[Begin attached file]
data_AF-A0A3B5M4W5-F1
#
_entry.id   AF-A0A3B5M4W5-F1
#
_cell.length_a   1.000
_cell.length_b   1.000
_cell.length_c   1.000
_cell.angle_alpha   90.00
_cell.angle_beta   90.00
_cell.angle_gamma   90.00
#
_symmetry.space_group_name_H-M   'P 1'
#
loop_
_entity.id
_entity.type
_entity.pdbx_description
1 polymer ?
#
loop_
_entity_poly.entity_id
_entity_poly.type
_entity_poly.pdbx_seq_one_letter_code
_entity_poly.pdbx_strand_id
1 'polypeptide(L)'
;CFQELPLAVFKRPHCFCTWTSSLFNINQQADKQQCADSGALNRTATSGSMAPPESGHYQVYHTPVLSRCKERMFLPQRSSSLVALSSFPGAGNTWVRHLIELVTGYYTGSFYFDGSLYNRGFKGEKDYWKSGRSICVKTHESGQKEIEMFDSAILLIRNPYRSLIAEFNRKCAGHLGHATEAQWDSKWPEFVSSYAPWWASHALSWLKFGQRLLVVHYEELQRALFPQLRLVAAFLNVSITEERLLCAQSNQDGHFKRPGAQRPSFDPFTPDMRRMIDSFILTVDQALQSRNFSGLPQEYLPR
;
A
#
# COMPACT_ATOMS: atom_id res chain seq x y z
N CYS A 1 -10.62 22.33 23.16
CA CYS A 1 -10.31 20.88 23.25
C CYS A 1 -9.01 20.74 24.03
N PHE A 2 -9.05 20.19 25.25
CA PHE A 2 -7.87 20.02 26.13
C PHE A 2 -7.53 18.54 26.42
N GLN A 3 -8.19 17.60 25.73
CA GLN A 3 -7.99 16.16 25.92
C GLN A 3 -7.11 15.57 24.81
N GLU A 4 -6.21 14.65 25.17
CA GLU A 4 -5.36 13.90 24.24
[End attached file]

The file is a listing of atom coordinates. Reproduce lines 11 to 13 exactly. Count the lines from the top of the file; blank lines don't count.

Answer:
#
_symmetry.space_group_name_H-M   'P 1'
#